New Paltz’s River-to-Ridge (R2R) Trail, whose popularity surged with the pandemic and is expected to top 200,000 visitors this year, has now become much more accessible for a particular subset of seasonal users: cross-country skiers.
The trail improvement project included resurfacing of the trail path with a permeable stone dust surface, rehabilitating three small bridges, and improved wayfinding signage. The project also improved safety at road crossings with warning signage that has increased trail visibility.
The River-to-Ridge Trail in New Paltz is on track to host more than 200,000 visitors in 2020. The visitorship is more than double the number of visitors from the previous year.
Phil Warish became a local business owner. In 2007 he hauled his 19th-century floorstanding Chandler Price platen press out of storage, where it had been for fifteen years. He arranged an eclectic collection of vintage items, put up a sign, and opened Blue Farm Antiques and Letterpress Printing. He’s been in his current location for six years.
Work patterns have changed. Huge numbers of jobs have been rendered virtual, shifted commutes from hours and minutes to the seconds it takes to get from one’s kitchen to whatever you’re calling an office.
The Hudson Valley in general, and recently Ulster County in particular, have gotten national attention for the precipitous rise of the cost of housing. But the mass exodus of buyers from the New York City area to upstate covers a lot more ground than that. Delaware County, the forgotten, sleepy area the size of Rhode Island, has been white-hot, too.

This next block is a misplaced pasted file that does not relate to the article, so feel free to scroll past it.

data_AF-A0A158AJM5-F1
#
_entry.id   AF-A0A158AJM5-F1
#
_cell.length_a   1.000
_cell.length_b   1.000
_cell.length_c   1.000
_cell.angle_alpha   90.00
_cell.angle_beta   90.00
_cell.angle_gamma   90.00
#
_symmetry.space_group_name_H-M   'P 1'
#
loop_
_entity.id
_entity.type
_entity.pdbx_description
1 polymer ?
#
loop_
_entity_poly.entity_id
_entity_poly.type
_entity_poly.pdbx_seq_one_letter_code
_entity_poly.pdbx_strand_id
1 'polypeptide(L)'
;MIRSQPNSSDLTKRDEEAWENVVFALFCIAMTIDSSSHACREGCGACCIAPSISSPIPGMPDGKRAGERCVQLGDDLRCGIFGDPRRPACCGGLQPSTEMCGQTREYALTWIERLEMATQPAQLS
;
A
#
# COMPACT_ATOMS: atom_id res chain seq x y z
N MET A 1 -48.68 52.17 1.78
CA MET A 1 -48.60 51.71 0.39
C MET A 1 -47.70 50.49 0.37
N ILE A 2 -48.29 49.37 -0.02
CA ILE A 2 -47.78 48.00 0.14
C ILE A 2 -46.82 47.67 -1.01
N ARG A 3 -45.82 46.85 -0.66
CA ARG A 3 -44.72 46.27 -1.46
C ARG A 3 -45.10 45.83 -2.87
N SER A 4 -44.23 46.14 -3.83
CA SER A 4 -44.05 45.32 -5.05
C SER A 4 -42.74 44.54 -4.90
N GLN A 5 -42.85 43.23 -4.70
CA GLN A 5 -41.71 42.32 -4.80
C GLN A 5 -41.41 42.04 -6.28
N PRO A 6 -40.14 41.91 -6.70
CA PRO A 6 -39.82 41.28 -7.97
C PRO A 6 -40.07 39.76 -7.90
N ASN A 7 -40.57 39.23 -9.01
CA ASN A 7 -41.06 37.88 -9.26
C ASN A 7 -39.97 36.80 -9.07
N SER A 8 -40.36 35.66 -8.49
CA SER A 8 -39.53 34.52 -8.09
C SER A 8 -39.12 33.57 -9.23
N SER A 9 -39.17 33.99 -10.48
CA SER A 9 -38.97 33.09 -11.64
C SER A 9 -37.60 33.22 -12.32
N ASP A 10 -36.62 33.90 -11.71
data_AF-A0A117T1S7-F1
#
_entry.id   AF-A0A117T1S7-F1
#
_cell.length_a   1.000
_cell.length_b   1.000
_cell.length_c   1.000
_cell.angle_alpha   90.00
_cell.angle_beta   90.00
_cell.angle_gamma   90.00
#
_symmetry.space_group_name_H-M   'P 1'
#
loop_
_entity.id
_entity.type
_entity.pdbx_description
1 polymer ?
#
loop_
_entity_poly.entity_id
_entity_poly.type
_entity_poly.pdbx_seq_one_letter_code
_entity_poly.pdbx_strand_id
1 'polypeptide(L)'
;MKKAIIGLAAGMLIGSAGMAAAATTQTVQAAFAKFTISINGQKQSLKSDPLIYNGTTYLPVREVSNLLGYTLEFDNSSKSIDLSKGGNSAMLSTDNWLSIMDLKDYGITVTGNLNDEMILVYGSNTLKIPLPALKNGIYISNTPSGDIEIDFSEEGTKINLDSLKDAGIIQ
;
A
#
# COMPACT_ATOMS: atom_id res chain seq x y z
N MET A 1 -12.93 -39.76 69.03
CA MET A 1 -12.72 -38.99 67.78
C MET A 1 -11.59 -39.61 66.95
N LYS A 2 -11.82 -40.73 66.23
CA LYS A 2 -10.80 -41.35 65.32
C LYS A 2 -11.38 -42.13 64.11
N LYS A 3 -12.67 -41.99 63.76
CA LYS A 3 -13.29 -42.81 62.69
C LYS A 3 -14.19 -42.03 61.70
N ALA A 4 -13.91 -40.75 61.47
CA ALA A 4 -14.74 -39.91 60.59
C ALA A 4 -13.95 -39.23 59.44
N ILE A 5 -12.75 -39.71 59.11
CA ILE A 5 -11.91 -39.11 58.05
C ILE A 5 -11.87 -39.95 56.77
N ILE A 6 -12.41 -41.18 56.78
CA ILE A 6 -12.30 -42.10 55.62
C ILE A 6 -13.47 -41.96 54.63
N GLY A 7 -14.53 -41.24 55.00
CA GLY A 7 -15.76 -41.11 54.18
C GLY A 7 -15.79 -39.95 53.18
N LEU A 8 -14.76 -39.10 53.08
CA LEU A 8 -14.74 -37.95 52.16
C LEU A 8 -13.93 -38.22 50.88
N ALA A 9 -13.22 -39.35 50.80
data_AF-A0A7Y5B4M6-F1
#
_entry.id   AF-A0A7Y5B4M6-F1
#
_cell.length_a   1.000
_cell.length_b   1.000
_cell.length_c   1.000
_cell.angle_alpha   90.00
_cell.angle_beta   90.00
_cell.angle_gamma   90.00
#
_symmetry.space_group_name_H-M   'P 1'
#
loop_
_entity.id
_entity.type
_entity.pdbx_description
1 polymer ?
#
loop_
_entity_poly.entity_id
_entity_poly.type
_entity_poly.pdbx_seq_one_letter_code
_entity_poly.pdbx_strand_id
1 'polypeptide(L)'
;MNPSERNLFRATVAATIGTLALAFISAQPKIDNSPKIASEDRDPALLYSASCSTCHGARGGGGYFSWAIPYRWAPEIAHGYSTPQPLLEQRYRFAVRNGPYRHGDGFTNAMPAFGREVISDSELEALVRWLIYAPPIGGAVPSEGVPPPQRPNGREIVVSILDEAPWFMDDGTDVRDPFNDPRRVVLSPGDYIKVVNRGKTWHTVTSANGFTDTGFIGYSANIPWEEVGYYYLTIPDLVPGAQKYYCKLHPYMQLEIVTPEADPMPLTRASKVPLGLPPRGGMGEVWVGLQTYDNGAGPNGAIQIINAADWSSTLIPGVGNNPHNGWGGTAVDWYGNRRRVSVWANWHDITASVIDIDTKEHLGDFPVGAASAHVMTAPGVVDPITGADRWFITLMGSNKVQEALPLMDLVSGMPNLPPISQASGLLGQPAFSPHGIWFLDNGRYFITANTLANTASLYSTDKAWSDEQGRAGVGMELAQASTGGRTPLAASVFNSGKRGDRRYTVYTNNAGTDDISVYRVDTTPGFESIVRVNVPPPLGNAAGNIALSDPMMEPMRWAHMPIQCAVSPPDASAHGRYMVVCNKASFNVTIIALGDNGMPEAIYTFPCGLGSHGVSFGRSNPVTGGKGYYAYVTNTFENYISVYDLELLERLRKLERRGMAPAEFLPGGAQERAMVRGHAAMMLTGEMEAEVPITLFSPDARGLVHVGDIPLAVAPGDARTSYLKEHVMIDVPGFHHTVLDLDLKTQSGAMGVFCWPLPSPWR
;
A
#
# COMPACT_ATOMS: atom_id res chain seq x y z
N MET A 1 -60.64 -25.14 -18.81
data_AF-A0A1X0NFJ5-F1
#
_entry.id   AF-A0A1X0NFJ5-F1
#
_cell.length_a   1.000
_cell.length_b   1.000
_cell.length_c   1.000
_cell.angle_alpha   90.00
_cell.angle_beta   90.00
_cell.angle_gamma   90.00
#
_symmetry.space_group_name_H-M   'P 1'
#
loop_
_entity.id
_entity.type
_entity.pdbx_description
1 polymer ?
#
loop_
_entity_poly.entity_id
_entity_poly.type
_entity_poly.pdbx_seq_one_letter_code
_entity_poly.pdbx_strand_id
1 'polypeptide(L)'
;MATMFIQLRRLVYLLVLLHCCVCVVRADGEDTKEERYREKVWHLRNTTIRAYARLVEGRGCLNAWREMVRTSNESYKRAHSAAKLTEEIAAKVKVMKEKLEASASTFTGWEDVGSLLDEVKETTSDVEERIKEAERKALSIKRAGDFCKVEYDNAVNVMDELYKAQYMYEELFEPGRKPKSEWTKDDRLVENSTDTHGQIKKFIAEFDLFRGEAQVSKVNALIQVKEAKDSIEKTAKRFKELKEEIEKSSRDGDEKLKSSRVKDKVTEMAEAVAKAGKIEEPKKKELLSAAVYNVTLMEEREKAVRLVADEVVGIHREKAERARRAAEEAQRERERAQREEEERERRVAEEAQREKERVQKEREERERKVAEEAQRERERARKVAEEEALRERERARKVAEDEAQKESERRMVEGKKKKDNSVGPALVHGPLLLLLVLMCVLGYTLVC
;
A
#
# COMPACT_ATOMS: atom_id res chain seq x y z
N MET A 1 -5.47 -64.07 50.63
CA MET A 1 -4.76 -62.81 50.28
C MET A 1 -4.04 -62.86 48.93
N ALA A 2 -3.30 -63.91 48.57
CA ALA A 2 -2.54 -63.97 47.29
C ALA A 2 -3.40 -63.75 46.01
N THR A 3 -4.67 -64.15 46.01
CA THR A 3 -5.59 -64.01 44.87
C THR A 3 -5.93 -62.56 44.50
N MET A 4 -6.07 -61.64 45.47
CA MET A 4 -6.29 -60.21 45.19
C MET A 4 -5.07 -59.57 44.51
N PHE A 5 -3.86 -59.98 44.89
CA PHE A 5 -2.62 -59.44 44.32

After being dominant from Georgia to Maine for thousands of years, this “keynote species” of the Catskills in particular had succumbed to Asian blight in the first decades of the twentieth century. (Asian chestnuts were imported because they produce fatter nuts. These brought blight to which the older, squatter Asian species was – and is – immune.)
What I want is a New Paltz of diversity, a New Paltz with room for the down-on-their-luck, where people can still discover themselves in shambolic, affordable and undistinguished ways, a SUNY where a kid can act the dilettante without accruing a prison of debt, a New Paltz where doing nothing — big nothing, like what Marriott and Con Ed got done here — really means something.
In the past seven months, the landscape of our daily lives has changed in ways we could have never imagined, unless we dwelled in the minds of fiction writers like Margaret Atwood or George Orwell. We’ve been transformed into a mask-wearing, hand-sanitizing, plexiglass-shielding, remote-almost-everything state of existence.
Eels born in the Sargasso Sea south and east of Bermuda are living in a creek just off Route 9G south of Rhinebeck. In fact, eels are living in streams up and down both banks of the Hudson River. How did they get here from the middle of the Atlantic Ocean?